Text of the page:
Provincias de España ~.~ Spanish provinces
An overgrown structure deep in the forest of Galicia, Spain by Francisco Lopez
Ask about the Galician language, and refer to it as “your dialect.”
Galician (galego) is one of Spain’s official languages, along with Catalan, Basque, Aranese, and Spanish. We know, most people abroad don’t know about it (we clearly have a marketing problem — everyone knows about Catalan and Basque!), but that doesn’t mean it’s not a language in its own right.
Refer to it as a dialect to the right person, and you might even get a free history lesson after being asked, “A dialect from what language? Spanish?” Nope: Galician and Portuguese used to be the same language, and no one thinks of Portuguese as a Spanish dialect. After Castilla conquered Galicia in the 13th century (a century after Portugal’s independence), early Galician-Portuguese fragmented and started evolving in different directions, giving birth to Galician in the north and Portuguese in the rest of the territory.
Assume we like flamenco and bullfighting, eat paella all day, and are outgoing.
Spain is a big and diverse country, and those stereotypes apply mostly to the south. Don’t expect flamenco shows in Galicia — our traditional music has Celtic roots, so you’ll find bagpipes and a feeling of being in Ireland or Scotland. Instead of paella, we eat lots of vegetables, potatoes, pork, fish, and seafood. Bullfighting exists here, but it’s not popular.
As for that image of Spanish people being always happy and outgoing, you might find we’re a bit different. We are famously suspicious of new things and people, so we need time to decide if we like you or not. That being said, if we decide we like you, you’ll have earned a place in our heart forever.
Say it always rains in Galicia.
I know, I know. All your Galician friends are constantly complaining about the grey, rainy weather on their Facebook updates. But it’s not that bad, and we hate it when people assume there’s a cloud that lives over Galicia, making it impossible for us to see the sun. We think there’s a national conspiracy, led by weathermen, to spread that idea. They always point it out when it’s sunny everywhere but here, while forgetting to mention it when the opposite happens. Even worse, because of Galicia’s location (in the northwest, that part just above Portugal), they tend to stand in front of Portugal, hiding Galicia from view with their heads!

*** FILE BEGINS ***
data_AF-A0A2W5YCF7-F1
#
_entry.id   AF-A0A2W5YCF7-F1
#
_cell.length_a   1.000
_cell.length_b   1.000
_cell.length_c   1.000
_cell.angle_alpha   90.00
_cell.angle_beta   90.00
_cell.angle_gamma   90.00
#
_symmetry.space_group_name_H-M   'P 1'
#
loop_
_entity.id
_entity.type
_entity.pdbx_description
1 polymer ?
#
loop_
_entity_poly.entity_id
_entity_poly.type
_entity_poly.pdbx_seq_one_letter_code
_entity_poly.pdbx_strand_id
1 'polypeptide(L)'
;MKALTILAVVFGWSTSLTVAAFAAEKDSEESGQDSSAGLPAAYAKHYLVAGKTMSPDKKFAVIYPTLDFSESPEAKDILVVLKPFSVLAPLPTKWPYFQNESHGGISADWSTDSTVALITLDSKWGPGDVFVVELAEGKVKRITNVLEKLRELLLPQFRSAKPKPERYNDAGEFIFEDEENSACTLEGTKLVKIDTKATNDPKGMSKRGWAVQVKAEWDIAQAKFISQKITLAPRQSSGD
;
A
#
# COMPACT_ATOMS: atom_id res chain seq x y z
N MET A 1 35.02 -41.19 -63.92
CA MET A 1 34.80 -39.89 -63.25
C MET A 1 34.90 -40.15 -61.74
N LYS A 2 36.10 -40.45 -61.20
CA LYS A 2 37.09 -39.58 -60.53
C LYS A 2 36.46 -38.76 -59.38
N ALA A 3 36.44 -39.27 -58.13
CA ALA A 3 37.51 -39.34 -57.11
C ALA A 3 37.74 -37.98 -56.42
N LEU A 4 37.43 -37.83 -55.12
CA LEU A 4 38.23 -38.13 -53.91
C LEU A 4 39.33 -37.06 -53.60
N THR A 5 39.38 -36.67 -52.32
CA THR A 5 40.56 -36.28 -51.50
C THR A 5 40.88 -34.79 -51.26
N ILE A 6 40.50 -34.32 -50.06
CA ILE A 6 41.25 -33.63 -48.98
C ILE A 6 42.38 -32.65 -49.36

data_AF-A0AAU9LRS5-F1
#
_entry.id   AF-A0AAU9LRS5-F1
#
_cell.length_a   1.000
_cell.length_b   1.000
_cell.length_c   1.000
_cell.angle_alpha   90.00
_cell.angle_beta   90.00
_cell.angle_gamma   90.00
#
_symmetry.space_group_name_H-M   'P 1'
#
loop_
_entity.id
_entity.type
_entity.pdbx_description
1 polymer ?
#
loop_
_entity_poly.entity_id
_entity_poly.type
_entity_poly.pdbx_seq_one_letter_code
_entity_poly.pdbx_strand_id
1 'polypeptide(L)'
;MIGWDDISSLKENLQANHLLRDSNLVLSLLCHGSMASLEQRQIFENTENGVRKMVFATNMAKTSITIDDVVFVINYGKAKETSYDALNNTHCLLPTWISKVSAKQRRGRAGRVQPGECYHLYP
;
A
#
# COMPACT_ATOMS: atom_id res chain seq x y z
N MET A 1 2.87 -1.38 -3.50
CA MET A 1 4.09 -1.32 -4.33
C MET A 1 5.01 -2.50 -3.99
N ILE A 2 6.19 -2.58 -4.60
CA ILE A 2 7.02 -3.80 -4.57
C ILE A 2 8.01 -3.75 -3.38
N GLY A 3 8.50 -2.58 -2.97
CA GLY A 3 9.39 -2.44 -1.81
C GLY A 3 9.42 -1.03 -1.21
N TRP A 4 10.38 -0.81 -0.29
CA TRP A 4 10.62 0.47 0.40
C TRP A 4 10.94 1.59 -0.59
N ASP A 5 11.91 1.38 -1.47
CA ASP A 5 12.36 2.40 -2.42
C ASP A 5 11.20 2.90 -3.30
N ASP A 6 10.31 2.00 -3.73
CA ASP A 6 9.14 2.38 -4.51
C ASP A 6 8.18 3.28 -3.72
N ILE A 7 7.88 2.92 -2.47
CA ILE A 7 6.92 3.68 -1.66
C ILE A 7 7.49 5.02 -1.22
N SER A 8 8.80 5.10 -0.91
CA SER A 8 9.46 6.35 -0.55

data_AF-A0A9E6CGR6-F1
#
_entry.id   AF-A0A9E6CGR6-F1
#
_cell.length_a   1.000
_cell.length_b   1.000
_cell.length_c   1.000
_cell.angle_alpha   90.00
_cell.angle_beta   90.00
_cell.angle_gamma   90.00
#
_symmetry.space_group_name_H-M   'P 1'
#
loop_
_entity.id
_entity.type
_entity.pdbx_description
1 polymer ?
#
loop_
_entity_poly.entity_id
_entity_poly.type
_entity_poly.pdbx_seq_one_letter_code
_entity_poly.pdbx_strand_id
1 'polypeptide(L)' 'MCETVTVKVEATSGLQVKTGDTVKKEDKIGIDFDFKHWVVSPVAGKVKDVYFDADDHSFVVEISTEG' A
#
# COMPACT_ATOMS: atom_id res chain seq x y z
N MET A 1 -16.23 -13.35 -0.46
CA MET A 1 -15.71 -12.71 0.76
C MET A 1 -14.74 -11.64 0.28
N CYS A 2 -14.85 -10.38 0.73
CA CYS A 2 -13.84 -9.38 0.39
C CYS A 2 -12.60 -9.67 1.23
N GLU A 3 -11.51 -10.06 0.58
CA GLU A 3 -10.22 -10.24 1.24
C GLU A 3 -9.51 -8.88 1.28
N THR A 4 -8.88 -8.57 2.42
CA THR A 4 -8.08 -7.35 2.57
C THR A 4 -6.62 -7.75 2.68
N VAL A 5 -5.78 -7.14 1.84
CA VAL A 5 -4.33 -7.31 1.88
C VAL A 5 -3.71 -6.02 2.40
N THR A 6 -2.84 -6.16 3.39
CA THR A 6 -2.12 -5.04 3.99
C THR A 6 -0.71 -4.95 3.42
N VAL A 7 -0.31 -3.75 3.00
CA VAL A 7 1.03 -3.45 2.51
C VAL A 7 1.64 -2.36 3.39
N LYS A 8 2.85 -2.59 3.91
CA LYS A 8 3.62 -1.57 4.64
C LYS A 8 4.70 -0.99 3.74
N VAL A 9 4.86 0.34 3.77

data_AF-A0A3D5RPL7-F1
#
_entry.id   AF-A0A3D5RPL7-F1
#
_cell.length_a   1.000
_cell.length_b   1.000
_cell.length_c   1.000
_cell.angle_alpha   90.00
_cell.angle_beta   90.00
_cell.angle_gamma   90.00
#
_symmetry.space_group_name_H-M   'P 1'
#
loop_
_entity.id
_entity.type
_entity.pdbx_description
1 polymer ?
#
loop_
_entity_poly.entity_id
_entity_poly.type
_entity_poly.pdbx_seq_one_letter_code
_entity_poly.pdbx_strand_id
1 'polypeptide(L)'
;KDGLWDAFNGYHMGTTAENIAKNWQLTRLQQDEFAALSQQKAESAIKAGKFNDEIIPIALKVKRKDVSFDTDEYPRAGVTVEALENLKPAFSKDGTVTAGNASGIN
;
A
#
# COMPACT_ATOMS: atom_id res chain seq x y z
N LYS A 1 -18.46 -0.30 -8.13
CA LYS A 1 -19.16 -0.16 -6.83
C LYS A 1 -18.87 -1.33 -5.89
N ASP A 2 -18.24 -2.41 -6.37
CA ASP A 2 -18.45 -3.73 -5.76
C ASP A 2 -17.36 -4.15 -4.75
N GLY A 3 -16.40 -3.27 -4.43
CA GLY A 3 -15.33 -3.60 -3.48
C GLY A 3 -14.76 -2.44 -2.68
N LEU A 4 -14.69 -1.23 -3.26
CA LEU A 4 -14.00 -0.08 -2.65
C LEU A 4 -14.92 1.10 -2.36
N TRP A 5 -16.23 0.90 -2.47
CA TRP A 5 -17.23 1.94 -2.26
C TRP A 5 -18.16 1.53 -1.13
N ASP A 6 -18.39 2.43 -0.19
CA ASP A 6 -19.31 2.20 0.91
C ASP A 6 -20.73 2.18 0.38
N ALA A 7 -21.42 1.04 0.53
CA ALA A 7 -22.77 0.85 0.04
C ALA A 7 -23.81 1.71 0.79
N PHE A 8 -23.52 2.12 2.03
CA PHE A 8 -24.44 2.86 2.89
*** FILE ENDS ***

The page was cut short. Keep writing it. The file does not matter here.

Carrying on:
And while we complain a lot about the weather (we are a bit weather obsessed, it’s not small talk at all), our summers can be perfect. We don’t call ourselves Galifornia for nothing.
Doubt the quality Estrella Galicia.
Estrella Galicia is our local beer, and we just love it. You will learn to order una Estrella instead of una cerveza, and even to frown slightly if the barman says they only have other brands. But you won’t see how important it is for us until you witness how our eyes start shining whenever we come across a bar outside Galicia where you can order it. Sometimes we even approach people drinking Estrella, asking, “Do you like that beer?” And when they say “yes” (they will say “yes”), we smile proudly and say, “It’s from when I’m from.”
Chances are you’ll love it too (it wins international beer contests quite often), so you shouldn’t really worry about this.
Do an impression of our accent by adding -iño onto every word. And then say we sing when we speak.
Everyone has an accent. Yes, you too, my dear friend from Madrid, so please stop trying to speak like we do, because: First, you’re doing it wrong, and second, even though we’re smiling at you, we don’t find it funny and we secretly hate you. And yes, our diminutive is -iño instead of -ito, and maybe, just maybe, we use it a lot. That doesn’t mean you should end every word with it in an attempt of…no, we don’t even know what it is you’re trying to do.